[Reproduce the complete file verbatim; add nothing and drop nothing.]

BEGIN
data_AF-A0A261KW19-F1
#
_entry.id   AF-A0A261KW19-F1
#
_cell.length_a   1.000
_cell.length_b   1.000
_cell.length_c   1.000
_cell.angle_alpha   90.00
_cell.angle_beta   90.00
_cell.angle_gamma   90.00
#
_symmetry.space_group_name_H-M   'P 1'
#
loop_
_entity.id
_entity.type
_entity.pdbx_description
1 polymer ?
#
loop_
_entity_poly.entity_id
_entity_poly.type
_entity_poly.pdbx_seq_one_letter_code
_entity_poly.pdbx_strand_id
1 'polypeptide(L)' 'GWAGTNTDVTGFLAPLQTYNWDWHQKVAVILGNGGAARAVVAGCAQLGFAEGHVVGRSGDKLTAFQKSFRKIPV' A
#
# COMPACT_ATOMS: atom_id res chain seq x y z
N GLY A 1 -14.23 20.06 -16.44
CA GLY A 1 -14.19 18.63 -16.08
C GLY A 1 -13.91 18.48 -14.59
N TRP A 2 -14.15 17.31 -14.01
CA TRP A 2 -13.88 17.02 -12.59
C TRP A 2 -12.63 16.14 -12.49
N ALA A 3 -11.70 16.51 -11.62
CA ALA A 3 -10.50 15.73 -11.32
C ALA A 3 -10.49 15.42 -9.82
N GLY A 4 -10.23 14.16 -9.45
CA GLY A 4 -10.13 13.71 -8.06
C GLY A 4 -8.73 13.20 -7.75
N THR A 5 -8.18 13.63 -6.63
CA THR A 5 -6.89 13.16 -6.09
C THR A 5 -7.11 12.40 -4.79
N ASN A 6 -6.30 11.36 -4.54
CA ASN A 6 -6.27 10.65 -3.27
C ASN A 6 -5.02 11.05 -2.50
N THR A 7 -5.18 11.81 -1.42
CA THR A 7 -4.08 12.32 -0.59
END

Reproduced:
data_AF-A0A261KW19-F1
#
_entry.id   AF-A0A261KW19-F1
#
_cell.length_a   1.000
_cell.length_b   1.000
_cell.length_c   1.000
_cell.angle_alpha   90.00
_cell.angle_beta   90.00
_cell.angle_gamma   90.00
#
_symmetry.space_group_name_H-M   'P 1'
#
loop_
_entity.id
_entity.type
_entity.pdbx_description
1 polymer ?
#
loop_
_entity_poly.entity_id
_entity_poly.type
_entity_poly.pdbx_seq_one_letter_code
_entity_poly.pdbx_strand_id
1 'polypeptide(L)' 'GWAGTNTDVTGFLAPLQTYNWDWHQKVAVILGNGGAARAVVAGCAQLGFAEGHVVGRSGDKLTAFQKSFRKIPV' A
#
# COMPACT_ATOMS: atom_id res chain seq x y z
N GLY A 1 -14.23 20.06 -16.44
CA GLY A 1 -14.19 18.63 -16.08
C GLY A 1 -13.91 18.48 -14.59
N TRP A 2 -14.15 17.31 -14.01
CA TRP A 2 -13.88 17.02 -12.59
C TRP A 2 -12.63 16.14 -12.49
N ALA A 3 -11.70 16.51 -11.62
CA ALA A 3 -10.50 15.73 -11.32
C ALA A 3 -10.49 15.42 -9.82
N GLY A 4 -10.23 14.16 -9.45
CA GLY A 4 -10.13 13.71 -8.06
C GLY A 4 -8.73 13.20 -7.75
N THR A 5 -8.18 13.63 -6.63
CA THR A 5 -6.89 13.16 -6.09
C THR A 5 -7.11 12.40 -4.79
N ASN A 6 -6.30 11.36 -4.54
CA ASN A 6 -6.27 10.65 -3.27
C ASN A 6 -5.02 11.05 -2.50
N THR A 7 -5.18 11.81 -1.42
CA THR A 7 -4.08 12.32 -0.59